Canterbury teachers confirm strike

02:02, Jan 24 2013
Ian Leckie
New Zealand Educational Institute national president Ian Leckie.

Christchurch teachers will strike next month in opposition to school closures, mergers and amendments to the Education Act.

The strike, on Tuesday, February 19, will come the day after Education Minister Hekia Parata announces which schools will close and merge under the major network overhaul that proposes to close 11 schools and put 26 through some form of merger.

Educators are also concerned about amendments to the Education Act that will legalise charter schools and double-bunking but will outlaw searching pupils for drugs and weapons.

New Zealand Educational Institute president Ian Leckie said strike action was backed by an ''overwhelming'' majority of teachers at a meeting before Christmas.

''It has been many years since primary teachers have been out on strike, and this is certainly not about any personal gain,'' he said.

''Teachers, with the support of their school communities, have now reached the point where they believe that there is no other alternative to strike action.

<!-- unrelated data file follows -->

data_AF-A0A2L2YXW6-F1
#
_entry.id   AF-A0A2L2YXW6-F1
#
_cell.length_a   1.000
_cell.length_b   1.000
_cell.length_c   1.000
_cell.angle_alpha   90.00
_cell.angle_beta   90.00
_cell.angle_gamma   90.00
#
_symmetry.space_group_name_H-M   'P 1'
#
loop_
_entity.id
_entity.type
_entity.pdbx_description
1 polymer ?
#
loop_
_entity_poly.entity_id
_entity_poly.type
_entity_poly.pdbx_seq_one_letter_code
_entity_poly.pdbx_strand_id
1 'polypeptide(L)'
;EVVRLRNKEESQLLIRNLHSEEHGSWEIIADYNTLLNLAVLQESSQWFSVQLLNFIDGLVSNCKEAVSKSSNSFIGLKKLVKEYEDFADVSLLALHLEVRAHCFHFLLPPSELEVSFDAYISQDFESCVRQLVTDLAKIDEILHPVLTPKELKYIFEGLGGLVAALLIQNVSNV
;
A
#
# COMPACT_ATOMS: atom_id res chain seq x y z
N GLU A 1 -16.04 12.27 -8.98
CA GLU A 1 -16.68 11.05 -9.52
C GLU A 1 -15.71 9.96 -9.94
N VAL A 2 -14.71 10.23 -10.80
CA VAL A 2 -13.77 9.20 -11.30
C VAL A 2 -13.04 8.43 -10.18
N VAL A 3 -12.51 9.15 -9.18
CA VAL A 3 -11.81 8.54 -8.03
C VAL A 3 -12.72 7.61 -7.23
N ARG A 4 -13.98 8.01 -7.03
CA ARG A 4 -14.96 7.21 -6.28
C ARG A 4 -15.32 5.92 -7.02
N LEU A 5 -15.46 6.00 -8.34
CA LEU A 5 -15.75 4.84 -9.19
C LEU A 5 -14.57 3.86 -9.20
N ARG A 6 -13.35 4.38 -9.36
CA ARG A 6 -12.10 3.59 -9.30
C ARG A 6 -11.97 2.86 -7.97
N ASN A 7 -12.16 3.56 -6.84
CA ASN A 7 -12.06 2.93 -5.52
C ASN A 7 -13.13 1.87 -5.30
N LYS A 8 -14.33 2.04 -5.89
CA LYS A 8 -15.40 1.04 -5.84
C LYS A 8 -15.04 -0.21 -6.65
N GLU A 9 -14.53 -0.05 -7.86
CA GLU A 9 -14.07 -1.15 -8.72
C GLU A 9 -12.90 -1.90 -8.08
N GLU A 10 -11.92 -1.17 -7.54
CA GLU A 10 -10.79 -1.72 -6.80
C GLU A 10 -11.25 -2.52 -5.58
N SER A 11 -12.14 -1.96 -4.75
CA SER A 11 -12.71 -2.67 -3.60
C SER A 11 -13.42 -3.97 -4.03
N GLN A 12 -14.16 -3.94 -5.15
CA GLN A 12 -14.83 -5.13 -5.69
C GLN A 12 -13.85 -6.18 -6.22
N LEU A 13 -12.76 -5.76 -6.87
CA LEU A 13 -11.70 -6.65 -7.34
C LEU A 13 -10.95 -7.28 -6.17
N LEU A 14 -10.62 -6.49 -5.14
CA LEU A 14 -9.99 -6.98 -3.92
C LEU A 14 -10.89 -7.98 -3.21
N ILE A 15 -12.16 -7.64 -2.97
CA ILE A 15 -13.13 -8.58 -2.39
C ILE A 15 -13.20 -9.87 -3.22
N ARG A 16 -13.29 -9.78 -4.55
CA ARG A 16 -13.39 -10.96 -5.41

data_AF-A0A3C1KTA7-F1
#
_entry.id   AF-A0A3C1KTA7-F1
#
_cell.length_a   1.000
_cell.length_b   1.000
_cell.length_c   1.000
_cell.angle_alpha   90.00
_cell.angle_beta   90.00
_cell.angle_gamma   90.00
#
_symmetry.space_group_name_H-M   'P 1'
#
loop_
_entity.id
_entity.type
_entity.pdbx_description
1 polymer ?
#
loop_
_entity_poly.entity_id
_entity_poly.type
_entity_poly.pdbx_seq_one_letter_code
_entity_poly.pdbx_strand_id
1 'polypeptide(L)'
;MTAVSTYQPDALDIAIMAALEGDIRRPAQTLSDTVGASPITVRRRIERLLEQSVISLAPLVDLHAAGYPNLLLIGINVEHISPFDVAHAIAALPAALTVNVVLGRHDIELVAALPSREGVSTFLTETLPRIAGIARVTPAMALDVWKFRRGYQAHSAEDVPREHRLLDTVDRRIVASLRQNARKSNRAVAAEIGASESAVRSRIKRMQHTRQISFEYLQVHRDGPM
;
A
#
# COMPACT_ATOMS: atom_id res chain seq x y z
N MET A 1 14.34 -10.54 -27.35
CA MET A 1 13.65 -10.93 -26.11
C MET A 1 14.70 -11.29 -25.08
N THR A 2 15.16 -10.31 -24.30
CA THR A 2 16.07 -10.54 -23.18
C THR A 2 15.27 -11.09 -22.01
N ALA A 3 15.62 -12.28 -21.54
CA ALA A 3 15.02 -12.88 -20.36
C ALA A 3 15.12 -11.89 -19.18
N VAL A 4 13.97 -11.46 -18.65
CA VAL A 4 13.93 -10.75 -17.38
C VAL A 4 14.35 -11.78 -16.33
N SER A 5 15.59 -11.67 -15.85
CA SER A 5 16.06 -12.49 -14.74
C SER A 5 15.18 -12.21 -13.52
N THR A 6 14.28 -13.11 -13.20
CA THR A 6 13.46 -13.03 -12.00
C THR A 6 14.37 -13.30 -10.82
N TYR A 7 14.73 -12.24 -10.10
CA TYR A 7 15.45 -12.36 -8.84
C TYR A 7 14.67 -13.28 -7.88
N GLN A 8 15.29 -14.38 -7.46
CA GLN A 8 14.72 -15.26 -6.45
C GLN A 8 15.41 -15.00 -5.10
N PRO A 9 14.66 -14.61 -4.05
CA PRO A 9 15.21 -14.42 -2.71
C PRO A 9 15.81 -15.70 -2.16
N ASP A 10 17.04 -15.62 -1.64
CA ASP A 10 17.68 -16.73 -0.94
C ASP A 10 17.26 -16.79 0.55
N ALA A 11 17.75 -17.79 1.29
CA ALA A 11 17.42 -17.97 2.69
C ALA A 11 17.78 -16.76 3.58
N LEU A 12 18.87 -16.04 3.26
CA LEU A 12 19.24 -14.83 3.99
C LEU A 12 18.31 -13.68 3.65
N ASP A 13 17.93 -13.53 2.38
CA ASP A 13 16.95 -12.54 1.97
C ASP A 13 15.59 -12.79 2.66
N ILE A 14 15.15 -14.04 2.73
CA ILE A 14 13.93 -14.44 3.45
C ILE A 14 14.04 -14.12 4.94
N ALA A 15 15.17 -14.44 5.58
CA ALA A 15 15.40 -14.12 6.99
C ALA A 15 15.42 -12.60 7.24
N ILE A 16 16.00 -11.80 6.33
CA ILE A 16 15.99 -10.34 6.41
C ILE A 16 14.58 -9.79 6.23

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''Neither the minister of education nor the ministry has been able to explain why Christchurch kids are being the guinea pigs for a radical reform of education that goes way beyond restoring earthquake-affected schools.

''Why is Christchurch being earmarked for mega-sized schools, double-bunking and charter schools?''

Controversial charter schools have worried educators because they will be able to employ unqualified and unregistered teachers and will not be subject to public scrutiny through yearly audits or the Official Information Act.

Double-bunking, which was introduced in Christchurch as a response to the February 2011 quake where pupils from two schools shared one site in shifts, is unpopular because of unsocial school hours and fear that schools will not be able to run extracurricular activities.

The Press